Uh, oh. I just got another bill for dues in the book business

pay your invoice here

Years ago I happened to be in Nashville sitting around the table with some old head guys in the  music business.  They were bitching about a new act that had sprung up out of nowhere and grabbed a top spot on the charts.

The granddaddy in the business, a man with a number of hit records under his belt both as a producer and a song writer, listened to the complaints and then weighed in on the discussion.

“Some people never get a bill for dues,”  he said.

That pretty well ended the discussion, and I have often thought about his remark.

Without a doubt, we can point to outliers in any field, the guy who steps up to his first at bat in the bigs and pulls a knock off grand slam over the left field fence.

But that old head producer knew the truth.  He was just making a point.

The truth is that for every one person who doesn’t get a bill for dues, ten thousand do.

This principle is unspoken, especially in the book business which celebrates and attempts to normalize the success of the exception. Any approach that seeks to make the exception the rule is a formula for disappointment and failure.

Simply stated, the race goes to the tortoise.

When it comes to selling books the tortoise is the one who grinds day in and day out.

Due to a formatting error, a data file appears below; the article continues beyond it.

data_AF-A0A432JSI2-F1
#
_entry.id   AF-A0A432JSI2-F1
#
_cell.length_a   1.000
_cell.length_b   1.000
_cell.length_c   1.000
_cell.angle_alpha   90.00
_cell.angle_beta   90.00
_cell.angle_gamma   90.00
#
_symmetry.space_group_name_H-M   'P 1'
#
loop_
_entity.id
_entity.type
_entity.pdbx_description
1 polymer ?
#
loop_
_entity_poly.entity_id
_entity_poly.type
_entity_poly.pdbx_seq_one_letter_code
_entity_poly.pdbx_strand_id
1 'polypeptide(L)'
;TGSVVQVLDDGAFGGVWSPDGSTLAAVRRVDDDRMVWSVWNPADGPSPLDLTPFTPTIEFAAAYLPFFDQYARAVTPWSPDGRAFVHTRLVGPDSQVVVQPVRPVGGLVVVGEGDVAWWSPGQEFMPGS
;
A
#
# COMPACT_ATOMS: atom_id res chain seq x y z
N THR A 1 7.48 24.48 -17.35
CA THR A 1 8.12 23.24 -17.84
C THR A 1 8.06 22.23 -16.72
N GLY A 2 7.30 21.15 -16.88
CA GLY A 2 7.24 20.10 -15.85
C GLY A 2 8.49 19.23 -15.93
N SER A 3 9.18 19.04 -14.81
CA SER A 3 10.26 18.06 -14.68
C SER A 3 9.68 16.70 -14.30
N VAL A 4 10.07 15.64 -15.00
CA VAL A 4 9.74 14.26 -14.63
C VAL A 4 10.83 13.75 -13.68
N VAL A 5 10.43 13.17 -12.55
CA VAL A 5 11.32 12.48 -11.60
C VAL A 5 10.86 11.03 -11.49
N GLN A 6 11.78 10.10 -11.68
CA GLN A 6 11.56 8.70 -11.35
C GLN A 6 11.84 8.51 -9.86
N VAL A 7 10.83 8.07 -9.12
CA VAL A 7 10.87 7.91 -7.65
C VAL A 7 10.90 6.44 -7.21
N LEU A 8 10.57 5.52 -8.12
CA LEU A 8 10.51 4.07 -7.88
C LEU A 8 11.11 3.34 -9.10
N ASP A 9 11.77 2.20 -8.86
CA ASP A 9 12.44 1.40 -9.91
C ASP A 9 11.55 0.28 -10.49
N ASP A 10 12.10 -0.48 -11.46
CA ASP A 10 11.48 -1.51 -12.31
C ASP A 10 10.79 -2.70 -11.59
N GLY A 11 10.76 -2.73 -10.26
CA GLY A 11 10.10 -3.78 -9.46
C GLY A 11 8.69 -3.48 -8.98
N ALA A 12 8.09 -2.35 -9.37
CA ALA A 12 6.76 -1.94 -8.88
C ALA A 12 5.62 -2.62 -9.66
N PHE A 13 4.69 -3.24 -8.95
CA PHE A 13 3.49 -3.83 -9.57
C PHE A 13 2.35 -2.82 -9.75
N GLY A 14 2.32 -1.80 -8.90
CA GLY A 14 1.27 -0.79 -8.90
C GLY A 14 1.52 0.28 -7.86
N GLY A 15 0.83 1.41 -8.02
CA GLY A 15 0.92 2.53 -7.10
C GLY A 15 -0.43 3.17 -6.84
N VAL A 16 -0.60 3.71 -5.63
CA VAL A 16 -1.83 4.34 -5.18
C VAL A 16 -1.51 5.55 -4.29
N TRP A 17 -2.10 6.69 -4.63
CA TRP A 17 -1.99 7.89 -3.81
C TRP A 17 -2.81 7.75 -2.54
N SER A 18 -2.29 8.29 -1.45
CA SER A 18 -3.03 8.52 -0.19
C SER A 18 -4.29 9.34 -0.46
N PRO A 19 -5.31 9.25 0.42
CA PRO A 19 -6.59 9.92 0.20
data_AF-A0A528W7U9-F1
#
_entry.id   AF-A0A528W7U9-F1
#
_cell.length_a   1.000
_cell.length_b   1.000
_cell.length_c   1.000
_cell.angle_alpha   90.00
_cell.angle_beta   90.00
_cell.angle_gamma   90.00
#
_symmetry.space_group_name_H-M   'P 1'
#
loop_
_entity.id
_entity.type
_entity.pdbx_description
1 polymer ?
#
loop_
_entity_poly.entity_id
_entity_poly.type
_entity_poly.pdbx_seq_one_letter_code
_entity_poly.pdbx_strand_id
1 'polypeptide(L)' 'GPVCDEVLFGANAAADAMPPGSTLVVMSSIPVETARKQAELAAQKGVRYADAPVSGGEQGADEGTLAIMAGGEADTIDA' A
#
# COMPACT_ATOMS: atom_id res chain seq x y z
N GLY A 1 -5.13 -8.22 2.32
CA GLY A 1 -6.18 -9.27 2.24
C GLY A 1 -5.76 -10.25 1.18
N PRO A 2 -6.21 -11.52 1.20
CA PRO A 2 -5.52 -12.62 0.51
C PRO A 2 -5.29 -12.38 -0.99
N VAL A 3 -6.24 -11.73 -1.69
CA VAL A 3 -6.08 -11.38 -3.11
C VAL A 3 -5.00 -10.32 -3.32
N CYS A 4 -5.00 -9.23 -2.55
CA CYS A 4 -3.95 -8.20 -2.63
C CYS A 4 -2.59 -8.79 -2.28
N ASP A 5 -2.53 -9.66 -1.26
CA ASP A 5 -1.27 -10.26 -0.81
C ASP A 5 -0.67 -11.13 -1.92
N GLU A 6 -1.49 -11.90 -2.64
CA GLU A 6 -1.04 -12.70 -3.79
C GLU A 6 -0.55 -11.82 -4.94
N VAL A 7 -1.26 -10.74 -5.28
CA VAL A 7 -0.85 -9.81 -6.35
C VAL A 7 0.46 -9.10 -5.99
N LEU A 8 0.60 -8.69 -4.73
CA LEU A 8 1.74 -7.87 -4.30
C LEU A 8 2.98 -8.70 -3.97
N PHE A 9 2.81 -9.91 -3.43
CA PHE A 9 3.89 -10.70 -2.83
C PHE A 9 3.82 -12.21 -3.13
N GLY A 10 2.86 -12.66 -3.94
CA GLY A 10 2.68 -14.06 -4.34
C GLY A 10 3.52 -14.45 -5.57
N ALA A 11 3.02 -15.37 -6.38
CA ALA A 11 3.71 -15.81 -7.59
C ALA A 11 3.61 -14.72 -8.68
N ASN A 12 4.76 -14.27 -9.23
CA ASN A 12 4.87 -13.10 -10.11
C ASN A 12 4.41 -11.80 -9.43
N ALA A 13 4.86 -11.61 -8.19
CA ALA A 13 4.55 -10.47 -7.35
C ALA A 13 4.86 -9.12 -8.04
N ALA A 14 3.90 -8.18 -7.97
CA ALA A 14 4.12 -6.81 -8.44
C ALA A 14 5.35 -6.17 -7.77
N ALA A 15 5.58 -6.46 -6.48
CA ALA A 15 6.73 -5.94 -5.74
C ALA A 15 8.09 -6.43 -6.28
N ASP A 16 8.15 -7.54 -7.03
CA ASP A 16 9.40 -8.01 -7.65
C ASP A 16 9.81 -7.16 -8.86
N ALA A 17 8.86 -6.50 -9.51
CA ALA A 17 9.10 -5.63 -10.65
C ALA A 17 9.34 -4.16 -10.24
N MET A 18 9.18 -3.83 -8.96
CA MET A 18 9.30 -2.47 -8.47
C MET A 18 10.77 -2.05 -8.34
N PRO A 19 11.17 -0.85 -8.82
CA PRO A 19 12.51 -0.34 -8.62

What does she grind?

She grinds words into stories.

And then what?

She sets her mind to selling those stories.

Part one is easy, part two is hell.

Part two, the book selling component, requires an Indie author to promote her work relentlessly.

It is not a one-step process, it’s not two steps, or three.  It is a daily search for the next promotional opportunity.

Some of it can be done on the cheap, i.e., through social media. Some of it requires a cash outlay on various sites that market books to the author’s target audience.

So, for an author the bill for dues is broken down two ways:  1. Sweat equity, plain old elbow grease, and 2. Money for advertising.

The author must commit to both.

Is that fair?  Shouldn’t a good book sell itself?

As far as I can tell fairness doesn’t enter the equation.  A writer produces the best product she can, then she leaves no stone unturned getting the word out about it.

The cold hard truth is that for the most part the author whose books get the biggest promotional push sells the most books.

This principle only begins to shift to the author’s favor when she has established a large enough fan base of loyal readers to know her next release will reach a particular sales threshold.

But that fan base comes from the grinding it out, and only tortoises are any good at that game.

So, pay the bill for dues and keep your head down, fellow writers.

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